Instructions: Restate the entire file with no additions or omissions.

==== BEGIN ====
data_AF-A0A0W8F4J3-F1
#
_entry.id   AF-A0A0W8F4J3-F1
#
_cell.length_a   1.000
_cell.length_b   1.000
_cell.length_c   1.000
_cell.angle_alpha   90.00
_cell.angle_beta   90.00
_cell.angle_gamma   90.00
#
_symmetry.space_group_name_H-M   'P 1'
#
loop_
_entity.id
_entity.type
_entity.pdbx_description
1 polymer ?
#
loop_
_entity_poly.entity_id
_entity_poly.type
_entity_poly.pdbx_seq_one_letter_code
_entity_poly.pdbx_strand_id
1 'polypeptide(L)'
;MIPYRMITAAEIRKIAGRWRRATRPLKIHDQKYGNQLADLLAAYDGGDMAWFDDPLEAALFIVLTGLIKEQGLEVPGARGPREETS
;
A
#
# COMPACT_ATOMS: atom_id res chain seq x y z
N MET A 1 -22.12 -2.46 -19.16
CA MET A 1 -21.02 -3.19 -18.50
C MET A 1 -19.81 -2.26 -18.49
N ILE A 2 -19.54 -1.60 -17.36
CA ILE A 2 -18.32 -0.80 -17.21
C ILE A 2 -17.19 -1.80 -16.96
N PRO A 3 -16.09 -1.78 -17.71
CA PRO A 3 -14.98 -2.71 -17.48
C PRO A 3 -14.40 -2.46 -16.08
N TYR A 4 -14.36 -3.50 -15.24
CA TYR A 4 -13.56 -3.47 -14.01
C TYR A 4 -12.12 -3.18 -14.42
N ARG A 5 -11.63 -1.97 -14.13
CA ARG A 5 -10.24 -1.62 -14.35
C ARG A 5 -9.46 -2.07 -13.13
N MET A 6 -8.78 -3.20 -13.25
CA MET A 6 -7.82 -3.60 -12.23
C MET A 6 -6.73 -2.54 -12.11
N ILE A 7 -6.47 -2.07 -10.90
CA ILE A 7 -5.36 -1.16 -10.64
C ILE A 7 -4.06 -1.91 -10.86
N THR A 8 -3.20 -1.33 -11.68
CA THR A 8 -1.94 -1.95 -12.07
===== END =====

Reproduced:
data_AF-A0A0W8F4J3-F1
#
_entry.id   AF-A0A0W8F4J3-F1
#
_cell.length_a   1.000
_cell.length_b   1.000
_cell.length_c   1.000
_cell.angle_alpha   90.00
_cell.angle_beta   90.00
_cell.angle_gamma   90.00
#
_symmetry.space_group_name_H-M   'P 1'
#
loop_
_entity.id
_entity.type
_entity.pdbx_description
1 polymer ?
#
loop_
_entity_poly.entity_id
_entity_poly.type
_entity_poly.pdbx_seq_one_letter_code
_entity_poly.pdbx_strand_id
1 'polypeptide(L)'
;MIPYRMITAAEIRKIAGRWRRATRPLKIHDQKYGNQLADLLAAYDGGDMAWFDDPLEAALFIVLTGLIKEQGLEVPGARGPREETS
;
A
#
# COMPACT_ATOMS: atom_id res chain seq x y z
N MET A 1 -22.12 -2.46 -19.16
CA MET A 1 -21.02 -3.19 -18.50
C MET A 1 -19.81 -2.26 -18.49
N ILE A 2 -19.54 -1.60 -17.36
CA ILE A 2 -18.32 -0.80 -17.21
C ILE A 2 -17.19 -1.80 -16.96
N PRO A 3 -16.09 -1.78 -17.71
CA PRO A 3 -14.98 -2.71 -17.48
C PRO A 3 -14.40 -2.46 -16.08
N TYR A 4 -14.36 -3.50 -15.24
CA TYR A 4 -13.56 -3.47 -14.01
C TYR A 4 -12.12 -3.18 -14.42
N ARG A 5 -11.63 -1.97 -14.13
CA ARG A 5 -10.24 -1.62 -14.35
C ARG A 5 -9.46 -2.07 -13.13
N MET A 6 -8.78 -3.20 -13.25
CA MET A 6 -7.82 -3.60 -12.23
C MET A 6 -6.73 -2.54 -12.11
N ILE A 7 -6.47 -2.07 -10.90
CA ILE A 7 -5.36 -1.16 -10.64
C ILE A 7 -4.06 -1.91 -10.86
N THR A 8 -3.20 -1.33 -11.68
CA THR A 8 -1.94 -1.95 -12.07